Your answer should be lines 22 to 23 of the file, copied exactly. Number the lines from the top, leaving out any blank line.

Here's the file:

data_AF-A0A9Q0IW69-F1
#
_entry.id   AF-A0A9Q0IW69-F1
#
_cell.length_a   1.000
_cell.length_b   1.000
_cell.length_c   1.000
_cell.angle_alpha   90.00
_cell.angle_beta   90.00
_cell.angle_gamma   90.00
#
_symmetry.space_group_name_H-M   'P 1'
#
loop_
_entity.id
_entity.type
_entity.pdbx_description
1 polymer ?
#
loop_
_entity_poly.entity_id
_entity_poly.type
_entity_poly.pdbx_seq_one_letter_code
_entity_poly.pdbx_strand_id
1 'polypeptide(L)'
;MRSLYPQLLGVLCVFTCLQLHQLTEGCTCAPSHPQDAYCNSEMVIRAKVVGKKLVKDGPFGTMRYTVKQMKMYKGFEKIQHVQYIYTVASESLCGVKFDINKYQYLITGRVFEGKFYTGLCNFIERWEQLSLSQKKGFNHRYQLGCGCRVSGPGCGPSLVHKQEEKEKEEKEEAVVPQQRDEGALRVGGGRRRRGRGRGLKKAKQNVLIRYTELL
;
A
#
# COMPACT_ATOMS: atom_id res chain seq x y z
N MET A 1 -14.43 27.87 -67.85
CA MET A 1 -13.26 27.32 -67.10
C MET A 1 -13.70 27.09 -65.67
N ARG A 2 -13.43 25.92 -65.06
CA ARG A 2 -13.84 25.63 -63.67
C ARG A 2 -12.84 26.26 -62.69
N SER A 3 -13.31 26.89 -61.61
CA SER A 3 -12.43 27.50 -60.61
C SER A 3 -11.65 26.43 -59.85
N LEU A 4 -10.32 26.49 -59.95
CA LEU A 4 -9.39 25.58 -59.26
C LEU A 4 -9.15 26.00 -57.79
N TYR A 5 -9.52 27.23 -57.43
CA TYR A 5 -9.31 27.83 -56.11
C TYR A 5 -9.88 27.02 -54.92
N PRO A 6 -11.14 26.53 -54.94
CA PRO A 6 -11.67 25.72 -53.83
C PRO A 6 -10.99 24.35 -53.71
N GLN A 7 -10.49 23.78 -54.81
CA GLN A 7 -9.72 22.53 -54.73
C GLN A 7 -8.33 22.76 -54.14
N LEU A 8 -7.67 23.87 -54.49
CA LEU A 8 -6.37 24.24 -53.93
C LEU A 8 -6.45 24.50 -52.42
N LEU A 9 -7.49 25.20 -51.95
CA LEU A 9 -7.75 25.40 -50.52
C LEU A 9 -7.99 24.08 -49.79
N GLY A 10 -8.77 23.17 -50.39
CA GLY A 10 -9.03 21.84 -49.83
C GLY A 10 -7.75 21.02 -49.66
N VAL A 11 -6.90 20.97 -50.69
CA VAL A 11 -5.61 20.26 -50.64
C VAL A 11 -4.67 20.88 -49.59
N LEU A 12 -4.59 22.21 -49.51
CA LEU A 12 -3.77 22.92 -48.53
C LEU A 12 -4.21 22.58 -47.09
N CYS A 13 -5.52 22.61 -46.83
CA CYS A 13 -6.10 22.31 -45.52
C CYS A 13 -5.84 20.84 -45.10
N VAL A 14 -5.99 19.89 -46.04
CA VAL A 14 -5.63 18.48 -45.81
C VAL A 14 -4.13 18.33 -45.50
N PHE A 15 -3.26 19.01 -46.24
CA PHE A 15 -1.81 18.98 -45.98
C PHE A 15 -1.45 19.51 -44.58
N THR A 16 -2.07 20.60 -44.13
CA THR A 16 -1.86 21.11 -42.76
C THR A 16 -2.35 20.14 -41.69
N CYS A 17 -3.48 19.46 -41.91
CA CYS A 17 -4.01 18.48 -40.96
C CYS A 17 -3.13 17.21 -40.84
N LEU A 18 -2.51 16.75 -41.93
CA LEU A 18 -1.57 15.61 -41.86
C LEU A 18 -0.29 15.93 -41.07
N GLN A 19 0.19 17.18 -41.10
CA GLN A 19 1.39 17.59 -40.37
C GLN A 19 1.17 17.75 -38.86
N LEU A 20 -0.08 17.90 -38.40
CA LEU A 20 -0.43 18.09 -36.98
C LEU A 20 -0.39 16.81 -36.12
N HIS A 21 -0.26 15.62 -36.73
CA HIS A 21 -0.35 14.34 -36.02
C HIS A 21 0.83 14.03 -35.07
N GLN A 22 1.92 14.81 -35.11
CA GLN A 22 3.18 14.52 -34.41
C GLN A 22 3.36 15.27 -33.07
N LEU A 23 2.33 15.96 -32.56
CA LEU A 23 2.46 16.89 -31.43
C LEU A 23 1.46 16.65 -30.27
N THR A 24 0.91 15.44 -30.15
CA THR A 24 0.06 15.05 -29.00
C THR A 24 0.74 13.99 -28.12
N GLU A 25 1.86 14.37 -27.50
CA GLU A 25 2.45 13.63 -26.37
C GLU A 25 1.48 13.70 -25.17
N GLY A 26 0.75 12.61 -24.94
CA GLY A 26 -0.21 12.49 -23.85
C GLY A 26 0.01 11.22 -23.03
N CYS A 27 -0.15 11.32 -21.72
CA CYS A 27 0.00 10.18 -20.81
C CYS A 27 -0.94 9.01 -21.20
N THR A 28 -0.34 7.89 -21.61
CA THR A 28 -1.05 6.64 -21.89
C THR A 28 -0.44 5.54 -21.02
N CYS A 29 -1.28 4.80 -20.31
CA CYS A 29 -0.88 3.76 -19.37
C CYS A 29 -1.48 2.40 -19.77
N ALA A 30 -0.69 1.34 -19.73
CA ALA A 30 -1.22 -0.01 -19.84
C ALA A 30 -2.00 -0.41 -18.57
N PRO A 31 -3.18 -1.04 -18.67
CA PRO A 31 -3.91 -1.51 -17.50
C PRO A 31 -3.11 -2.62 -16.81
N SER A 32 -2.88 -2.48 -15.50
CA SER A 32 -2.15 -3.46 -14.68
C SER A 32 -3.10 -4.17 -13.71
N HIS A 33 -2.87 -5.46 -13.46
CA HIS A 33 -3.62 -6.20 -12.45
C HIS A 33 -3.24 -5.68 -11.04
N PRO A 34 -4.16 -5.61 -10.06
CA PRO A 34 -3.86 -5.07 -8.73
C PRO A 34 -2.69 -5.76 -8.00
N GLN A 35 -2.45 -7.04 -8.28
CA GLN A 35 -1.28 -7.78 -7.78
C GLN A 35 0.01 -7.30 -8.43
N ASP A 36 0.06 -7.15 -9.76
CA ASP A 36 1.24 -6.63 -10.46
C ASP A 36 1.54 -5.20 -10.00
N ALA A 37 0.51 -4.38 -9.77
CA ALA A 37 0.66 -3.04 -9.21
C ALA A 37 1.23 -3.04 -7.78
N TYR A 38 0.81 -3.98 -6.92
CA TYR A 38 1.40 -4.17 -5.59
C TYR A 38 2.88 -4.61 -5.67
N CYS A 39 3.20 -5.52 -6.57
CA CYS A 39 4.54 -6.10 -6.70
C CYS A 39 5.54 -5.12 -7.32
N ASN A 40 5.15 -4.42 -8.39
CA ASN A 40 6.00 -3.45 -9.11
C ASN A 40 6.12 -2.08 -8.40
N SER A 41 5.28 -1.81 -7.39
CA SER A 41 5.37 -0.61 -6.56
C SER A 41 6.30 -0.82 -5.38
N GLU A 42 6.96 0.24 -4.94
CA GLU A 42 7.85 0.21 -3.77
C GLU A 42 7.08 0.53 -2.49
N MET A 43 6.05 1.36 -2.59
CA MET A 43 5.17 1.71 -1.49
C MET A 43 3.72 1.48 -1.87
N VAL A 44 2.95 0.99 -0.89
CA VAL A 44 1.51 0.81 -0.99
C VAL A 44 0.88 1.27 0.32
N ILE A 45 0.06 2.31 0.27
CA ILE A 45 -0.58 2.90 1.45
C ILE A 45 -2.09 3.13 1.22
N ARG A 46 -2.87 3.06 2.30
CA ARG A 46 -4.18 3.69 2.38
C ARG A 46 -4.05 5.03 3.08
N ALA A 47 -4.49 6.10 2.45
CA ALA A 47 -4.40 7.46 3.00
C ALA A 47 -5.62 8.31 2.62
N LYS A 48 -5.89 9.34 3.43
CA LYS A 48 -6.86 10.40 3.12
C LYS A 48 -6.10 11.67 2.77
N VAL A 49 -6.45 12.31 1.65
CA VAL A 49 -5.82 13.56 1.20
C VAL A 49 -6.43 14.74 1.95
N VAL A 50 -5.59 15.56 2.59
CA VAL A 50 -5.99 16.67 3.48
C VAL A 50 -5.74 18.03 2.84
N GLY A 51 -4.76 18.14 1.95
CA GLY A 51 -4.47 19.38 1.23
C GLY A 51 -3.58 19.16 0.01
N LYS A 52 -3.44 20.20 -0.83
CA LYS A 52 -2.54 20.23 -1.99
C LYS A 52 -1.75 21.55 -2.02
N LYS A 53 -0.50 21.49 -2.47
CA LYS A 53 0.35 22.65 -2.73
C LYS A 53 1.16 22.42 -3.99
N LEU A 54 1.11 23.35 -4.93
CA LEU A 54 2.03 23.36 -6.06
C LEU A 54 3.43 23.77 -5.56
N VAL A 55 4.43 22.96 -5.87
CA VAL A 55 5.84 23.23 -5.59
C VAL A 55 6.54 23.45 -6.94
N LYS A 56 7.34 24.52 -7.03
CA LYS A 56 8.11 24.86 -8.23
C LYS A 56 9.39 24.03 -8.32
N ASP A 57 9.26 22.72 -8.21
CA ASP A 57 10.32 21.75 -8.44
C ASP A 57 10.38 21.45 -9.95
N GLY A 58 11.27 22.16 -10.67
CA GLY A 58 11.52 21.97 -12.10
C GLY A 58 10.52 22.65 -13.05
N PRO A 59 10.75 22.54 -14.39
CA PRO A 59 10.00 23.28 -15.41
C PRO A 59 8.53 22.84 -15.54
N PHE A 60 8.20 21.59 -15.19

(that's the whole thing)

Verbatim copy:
_entity_poly.type
_entity_poly.pdbx_seq_one_letter_code